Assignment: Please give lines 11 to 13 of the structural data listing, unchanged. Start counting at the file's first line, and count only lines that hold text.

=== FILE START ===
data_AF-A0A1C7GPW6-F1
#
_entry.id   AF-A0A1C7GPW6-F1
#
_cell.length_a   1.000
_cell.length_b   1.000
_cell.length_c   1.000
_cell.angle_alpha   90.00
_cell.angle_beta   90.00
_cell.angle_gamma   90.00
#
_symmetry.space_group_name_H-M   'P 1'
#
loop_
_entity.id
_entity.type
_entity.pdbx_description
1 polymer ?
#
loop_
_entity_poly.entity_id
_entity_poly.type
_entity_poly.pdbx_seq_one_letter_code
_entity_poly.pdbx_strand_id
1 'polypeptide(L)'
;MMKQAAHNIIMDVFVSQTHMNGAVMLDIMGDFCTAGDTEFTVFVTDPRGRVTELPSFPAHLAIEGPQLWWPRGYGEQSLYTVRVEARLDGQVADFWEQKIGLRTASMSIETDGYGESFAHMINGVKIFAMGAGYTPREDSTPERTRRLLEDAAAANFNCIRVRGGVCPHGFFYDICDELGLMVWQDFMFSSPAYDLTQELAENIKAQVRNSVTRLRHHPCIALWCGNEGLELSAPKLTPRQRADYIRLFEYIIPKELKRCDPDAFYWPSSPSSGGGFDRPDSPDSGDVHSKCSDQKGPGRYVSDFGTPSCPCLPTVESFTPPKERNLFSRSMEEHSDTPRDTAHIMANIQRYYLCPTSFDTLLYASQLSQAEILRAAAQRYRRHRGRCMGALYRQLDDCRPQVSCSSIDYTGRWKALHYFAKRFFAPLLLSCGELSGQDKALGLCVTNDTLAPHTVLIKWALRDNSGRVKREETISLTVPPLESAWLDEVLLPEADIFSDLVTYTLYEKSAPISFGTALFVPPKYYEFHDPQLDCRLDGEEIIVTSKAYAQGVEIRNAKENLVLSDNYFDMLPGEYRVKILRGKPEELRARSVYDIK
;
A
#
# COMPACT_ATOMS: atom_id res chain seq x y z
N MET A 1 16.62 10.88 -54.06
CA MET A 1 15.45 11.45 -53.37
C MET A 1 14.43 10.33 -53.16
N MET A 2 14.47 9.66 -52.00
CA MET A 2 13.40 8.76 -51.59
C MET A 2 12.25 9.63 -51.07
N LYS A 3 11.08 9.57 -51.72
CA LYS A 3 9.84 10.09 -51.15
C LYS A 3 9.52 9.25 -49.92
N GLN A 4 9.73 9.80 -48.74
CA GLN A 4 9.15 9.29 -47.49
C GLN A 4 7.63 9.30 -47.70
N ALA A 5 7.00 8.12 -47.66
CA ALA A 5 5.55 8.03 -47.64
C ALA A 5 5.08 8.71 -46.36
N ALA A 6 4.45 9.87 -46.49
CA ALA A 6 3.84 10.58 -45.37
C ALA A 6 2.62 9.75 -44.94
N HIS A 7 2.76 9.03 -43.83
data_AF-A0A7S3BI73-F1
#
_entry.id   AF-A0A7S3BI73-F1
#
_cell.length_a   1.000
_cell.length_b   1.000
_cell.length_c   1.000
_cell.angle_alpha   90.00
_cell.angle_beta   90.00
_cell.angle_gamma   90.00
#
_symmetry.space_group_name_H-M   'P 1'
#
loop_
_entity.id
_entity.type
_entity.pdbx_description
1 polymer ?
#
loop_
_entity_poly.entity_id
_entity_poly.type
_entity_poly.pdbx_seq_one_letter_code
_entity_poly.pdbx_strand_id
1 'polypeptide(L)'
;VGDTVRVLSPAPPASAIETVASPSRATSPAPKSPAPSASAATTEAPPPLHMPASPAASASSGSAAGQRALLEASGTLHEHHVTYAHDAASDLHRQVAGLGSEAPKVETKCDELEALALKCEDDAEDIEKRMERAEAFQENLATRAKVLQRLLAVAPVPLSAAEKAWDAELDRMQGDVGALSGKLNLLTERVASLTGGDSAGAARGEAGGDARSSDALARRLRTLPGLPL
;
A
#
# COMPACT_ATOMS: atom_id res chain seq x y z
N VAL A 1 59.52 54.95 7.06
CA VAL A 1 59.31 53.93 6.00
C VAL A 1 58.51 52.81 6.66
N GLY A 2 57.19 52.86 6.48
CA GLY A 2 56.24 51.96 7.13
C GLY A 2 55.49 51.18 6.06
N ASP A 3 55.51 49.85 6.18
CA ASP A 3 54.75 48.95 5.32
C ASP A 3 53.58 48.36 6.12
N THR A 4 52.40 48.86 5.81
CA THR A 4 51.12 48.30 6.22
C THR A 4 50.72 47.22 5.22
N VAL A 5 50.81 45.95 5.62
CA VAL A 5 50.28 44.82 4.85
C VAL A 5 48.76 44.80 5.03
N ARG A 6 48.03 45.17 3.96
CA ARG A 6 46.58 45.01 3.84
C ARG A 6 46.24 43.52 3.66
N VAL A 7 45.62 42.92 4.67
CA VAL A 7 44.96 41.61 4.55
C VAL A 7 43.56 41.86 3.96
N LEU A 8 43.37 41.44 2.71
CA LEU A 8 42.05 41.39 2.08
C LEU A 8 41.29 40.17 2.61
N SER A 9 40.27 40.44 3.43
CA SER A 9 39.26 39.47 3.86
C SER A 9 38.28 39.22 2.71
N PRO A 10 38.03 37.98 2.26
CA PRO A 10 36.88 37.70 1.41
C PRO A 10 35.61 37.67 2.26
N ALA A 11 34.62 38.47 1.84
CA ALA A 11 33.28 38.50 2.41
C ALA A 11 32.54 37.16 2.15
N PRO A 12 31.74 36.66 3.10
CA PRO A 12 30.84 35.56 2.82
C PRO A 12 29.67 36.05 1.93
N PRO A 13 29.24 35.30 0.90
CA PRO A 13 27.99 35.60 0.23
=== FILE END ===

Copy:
#
_symmetry.space_group_name_H-M   'P 1'
#